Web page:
Cover image for Lavender : the grower's guide
Lavender : the grower's guide
McNaughton, Virginia.
Personal Author:
Publication Information:
Portland, Or. : Timber Press, 2000.
Physical Description:
xi, 180 pages : color illustrations ; 25 cm
Subject Term:
Format :


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SB317.L37 M36 2000 Adult Non-Fiction Central Closed Stacks

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With their heady perfume and stunning visual appeal, lavenders have been prized by gardeners since ancient times. Lavender is a truly comprehensive study that enables the reader to research and identify more than 200 lavender species and varieties. With chapters on cultivation, propagation, pests and diseases, and botanical history, this book is as practical as it is authoritative.

More than 200 photos document recent advances in color variation that have resulted from intense breeding; plants now available range from deep purple and lilac to white, cream, pink, and red-violet. With so many hardy and dependable plants to choose from, no lavender enthusiast will want to be without this indispensable book.

Author Notes

Virginia McNaughton, BSc, MApplSc (Hons), formerly worked as Botanical Officer, Christchurch Botanic Gardens, New Zealand. With her husband Dennis Matthews, she manages Lavender Downs, a specialist lavender and consulting business, while continuing her research into the genus Lavandula

Reviews 1

Choice Review

Lavenders are medicinal, cultivated herbs of long standing--since medieval times and, indeed, long before. McNaughton, who gardens in New Zealand, has prepared this contribution as an horticultural monograph in the very best sense of that term. Some 22 pages are devoted to cultivation, propagation, and pests and diseases; 19 pages to descriptions of the variations in plant parts (hairs, leaf size and shape, etc.) throughout the genus; 24 pages to a botanical description of the cultivated species (there are "over 30" species in total, not all cultivated) and the general classification of the species within the genus. This material is followed by 95 pages of horticultural descriptions of the species, varieties, and cultivars. It is interesting that the bibliography lists 17 books published since 1989 dealing with primarily horticultural aspects of lavender's genus. General readers; professionals. G. P. DeWolf Jr.; emeritus, Massachusetts Bay Community College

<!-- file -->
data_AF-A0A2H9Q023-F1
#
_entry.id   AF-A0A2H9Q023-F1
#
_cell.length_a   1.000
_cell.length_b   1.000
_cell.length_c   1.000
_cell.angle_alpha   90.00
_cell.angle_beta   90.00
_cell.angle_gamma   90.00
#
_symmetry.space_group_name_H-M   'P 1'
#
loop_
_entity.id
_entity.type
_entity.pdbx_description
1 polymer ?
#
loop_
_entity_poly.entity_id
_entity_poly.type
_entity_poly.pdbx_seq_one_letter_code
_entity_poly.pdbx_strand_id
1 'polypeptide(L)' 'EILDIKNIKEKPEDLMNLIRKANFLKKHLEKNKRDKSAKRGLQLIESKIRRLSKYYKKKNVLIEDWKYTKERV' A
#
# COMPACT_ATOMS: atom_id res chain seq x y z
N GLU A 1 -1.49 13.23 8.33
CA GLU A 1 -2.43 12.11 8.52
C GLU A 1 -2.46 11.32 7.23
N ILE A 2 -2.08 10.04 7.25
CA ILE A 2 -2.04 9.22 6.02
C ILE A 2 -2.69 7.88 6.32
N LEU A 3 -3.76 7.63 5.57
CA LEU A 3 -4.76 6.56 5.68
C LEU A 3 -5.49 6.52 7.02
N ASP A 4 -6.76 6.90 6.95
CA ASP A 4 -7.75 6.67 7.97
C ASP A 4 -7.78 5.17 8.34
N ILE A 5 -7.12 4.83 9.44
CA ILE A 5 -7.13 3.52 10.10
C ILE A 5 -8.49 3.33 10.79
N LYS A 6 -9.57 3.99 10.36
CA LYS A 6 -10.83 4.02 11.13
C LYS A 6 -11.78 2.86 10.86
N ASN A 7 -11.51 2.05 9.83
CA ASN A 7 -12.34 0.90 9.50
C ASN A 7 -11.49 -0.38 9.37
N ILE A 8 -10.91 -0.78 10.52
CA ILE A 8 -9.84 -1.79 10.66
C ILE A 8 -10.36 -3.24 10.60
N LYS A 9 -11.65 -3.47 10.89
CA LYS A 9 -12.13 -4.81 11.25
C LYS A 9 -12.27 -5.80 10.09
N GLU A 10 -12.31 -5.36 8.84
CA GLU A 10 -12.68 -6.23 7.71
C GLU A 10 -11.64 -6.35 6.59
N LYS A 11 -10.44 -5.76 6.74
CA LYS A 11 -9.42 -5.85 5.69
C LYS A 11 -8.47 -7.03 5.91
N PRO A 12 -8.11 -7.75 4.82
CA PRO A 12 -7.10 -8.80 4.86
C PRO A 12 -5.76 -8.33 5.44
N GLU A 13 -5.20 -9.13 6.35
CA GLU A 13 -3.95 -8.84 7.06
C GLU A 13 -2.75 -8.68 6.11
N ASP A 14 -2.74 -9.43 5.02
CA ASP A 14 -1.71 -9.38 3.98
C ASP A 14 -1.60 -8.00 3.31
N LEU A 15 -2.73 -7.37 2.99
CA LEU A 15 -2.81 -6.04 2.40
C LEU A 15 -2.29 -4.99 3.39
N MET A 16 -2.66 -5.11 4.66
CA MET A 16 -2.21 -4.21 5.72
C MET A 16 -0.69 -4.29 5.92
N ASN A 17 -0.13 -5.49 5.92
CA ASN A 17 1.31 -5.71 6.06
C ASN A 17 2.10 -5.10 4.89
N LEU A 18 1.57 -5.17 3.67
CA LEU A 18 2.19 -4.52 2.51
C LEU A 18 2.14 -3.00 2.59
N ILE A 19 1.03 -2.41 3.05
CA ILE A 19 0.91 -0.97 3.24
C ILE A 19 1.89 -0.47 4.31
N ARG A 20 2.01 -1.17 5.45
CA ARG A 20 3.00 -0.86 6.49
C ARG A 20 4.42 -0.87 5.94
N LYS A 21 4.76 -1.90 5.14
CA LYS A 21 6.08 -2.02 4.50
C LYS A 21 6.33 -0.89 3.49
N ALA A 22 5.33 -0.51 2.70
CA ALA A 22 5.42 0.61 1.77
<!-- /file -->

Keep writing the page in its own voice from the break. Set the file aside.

Dioscorides, a Greek physician, described lavender as having slender twigs and hair similar to thyme, only longer. The Greeks apparently used mainly L. stoechas medicinally, making wines and vinegars from the spikes and foliage. The Romans used it to scent their baths and relieve their aching limbs. It may be that the Romans distinguished between L. stoechas and L. vera , using the first for wine-making and the second for their exotic perfumes. However this is not clear. It is generally assumed that the Romans introduced lavender to England but it may well have been introduced earlier. No records exist to confirm this. During the Dark Ages, monks recorded their herbal knowledge and lavender thrived in their monastery gardens. Abbes Hildegarde (1098 -- 1180), a learned female botanist, made a study of lavender and wrote of her findings. Subsequently herbalists such as Turner and Gerard (16th century) attributed lavender with an ability to heal anything from colds and headaches to limb paralysis and neurosis, as well as with use as both a tonic and a laxative. Lavendula stoechas was referred to as 'Sticadore' and was one of the main ingredients of 'Four Thieves vinegar' used to combat the plague during the Middle Ages. The spikes of L. stoechas were still being used medicinally until the middle of the eighteenth century. Even today in France and Spain, fresh spikes of L. stoechas and L. dentata are suspended in water in closed bottles placed in the sun, for use as a haemostatic or for cleansing wounds. Excerpted from Lavender: The Grower's Guide by Virginia McNaughton All rights reserved by the original copyright owners. Excerpts are provided for display purposes only and may not be reproduced, reprinted or distributed without the written permission of the publisher.

Table of Contents

Forewordp. vii
Introductionp. ix
Acknowledgementsp. xi
General Cultivationp. 1
Propagationp. 13
Pests and Diseasesp. 17
The Botany of Lavenderp. 23
History, Classification and Lavender Speciesp. 43
Cultivars of Lavandula angustifoliap. 67
Cultivars of Lavandula x intermediap. 107
Cultivars of Lavandula lanata x Lavandula angustifoliap. 125
Cultivars of Lavandula stoechasp. 131
Other Lavendersp. 159
Lavender Growing around the Worldp. 163
Australiap. 163
Francep. 165
Japanp. 166
New Zealandp. 168
United Kingdomp. 169
United States of Americap. 170
The Lavender Bagp. 172
Appendix 1 Section Lavandula cultivars, by general corolla colour or other distinctive featuresp. 173
Appendix 2 Lavender suitable for container growingp. 174
Appendix 3 Other cultivars not mentioned elsewhere in this bookp. 174
Glossaryp. 175
Photography Creditsp. 176
Bibliographyp. 176
Indexp. 177